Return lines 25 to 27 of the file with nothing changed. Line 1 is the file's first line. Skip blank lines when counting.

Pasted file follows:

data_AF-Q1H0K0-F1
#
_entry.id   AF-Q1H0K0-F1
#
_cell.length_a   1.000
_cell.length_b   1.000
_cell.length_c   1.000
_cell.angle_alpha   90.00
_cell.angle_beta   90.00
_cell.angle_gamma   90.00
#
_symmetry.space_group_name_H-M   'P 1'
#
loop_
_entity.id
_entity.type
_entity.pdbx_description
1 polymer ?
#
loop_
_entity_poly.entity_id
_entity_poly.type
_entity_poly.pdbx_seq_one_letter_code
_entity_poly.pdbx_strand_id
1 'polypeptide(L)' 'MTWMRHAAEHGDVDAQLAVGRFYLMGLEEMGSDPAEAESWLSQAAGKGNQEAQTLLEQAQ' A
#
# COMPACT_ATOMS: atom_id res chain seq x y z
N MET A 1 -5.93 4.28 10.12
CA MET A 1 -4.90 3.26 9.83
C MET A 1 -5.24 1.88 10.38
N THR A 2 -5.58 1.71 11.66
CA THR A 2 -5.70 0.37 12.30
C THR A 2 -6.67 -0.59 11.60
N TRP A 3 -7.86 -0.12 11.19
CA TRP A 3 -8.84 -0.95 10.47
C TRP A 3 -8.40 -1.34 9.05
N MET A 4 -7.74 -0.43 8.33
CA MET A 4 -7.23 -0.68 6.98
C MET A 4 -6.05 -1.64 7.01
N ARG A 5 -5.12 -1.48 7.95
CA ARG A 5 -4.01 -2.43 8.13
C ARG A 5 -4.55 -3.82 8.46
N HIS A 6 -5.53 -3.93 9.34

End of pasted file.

1 'polypeptide(L)' 'MTWMRHAAEHGDVDAQLAVGRFYLMGLEEMGSDPAEAESWLSQAAGKGNQEAQTLLEQAQ' A
#
# COMPACT_ATOMS: atom_id res chain seq x y z